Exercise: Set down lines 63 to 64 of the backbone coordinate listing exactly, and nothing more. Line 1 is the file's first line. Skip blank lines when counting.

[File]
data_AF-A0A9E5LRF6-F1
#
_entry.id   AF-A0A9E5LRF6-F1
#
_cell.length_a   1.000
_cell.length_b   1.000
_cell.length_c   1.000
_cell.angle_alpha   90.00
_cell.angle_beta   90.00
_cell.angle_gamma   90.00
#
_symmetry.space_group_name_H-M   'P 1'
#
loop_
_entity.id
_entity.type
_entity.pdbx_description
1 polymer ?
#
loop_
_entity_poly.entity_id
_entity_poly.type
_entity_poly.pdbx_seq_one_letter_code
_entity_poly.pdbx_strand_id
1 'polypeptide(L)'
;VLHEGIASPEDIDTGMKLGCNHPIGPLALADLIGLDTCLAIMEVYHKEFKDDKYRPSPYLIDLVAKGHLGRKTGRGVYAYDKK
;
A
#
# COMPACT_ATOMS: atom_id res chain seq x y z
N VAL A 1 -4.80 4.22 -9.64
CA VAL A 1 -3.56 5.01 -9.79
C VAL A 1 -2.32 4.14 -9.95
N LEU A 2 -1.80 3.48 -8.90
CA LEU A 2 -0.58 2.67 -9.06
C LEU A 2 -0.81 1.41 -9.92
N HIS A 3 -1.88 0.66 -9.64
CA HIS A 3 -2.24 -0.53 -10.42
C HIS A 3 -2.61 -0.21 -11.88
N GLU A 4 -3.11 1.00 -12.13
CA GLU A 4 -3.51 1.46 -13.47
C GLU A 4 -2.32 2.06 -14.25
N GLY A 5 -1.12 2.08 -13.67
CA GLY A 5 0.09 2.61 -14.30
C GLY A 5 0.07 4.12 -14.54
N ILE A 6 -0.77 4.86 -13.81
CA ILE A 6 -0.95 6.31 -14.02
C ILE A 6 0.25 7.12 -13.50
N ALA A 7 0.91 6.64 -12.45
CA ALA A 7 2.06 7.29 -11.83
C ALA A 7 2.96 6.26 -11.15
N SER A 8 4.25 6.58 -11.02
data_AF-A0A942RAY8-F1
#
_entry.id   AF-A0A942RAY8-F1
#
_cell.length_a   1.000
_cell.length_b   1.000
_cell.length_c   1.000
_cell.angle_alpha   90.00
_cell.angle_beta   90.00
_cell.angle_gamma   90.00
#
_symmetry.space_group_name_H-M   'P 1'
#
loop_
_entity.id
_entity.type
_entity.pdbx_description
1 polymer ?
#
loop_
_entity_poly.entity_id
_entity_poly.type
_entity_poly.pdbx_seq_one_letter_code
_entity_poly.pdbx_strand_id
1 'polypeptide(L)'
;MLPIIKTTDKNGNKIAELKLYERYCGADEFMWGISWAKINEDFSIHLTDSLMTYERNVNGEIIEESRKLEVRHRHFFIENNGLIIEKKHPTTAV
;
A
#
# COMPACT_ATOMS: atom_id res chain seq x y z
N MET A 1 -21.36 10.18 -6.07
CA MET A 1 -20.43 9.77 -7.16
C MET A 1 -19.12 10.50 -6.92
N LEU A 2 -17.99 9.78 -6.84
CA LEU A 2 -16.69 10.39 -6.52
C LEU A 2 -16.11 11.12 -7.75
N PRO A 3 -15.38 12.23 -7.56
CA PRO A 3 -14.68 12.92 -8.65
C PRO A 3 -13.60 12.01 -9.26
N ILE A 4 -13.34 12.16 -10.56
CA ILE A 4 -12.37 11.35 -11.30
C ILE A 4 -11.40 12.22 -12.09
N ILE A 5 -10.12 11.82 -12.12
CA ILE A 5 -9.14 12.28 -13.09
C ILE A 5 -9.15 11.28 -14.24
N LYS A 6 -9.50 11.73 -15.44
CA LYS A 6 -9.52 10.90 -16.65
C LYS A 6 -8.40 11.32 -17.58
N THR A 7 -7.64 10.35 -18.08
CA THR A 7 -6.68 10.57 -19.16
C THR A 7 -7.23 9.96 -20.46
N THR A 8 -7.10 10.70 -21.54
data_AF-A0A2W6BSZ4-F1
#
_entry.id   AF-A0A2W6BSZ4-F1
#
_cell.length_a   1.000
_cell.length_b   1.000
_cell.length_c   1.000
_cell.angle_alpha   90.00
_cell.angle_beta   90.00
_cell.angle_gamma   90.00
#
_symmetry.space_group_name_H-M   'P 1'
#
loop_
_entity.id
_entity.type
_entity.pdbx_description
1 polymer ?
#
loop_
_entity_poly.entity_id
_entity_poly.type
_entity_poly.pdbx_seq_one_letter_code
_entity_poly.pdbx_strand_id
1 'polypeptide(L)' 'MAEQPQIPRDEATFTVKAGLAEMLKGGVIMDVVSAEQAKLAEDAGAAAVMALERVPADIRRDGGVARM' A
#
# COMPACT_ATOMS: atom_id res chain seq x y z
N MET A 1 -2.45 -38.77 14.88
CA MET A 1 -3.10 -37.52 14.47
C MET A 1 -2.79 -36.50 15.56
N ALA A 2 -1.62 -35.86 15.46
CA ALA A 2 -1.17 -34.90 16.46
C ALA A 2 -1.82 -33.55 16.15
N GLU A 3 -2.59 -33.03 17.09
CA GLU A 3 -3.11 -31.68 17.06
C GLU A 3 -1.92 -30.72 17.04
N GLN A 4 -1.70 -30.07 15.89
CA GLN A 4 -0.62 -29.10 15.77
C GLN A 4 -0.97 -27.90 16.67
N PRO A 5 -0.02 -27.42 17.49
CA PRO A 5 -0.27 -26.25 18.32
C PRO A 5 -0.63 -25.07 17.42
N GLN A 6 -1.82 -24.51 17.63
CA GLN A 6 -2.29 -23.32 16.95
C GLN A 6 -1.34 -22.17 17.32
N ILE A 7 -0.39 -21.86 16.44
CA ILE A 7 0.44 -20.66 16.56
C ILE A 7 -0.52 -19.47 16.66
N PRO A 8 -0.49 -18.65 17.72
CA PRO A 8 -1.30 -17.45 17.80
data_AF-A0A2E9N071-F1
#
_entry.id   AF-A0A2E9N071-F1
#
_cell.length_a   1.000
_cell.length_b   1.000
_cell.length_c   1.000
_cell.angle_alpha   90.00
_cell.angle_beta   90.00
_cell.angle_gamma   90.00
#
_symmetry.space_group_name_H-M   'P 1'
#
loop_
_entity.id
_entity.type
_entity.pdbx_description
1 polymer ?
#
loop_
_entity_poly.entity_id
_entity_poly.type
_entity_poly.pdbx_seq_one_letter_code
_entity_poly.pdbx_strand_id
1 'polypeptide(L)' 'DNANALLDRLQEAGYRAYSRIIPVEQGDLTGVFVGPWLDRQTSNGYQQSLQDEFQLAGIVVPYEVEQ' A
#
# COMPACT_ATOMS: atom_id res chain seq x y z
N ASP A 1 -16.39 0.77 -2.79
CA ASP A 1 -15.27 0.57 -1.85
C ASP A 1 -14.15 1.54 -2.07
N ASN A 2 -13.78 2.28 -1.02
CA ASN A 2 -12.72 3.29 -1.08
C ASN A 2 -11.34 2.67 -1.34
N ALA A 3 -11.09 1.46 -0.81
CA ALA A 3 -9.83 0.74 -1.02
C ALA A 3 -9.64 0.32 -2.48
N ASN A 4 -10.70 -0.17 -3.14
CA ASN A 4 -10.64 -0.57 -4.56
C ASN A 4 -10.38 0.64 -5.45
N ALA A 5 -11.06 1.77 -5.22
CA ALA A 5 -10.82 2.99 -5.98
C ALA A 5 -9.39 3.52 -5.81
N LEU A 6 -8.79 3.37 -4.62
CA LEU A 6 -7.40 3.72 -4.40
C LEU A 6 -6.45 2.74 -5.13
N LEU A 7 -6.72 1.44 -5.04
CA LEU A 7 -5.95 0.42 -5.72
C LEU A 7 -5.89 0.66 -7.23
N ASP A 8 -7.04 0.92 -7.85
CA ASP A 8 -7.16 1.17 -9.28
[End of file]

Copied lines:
#
_symmetry.space_group_name_H-M   'P 1'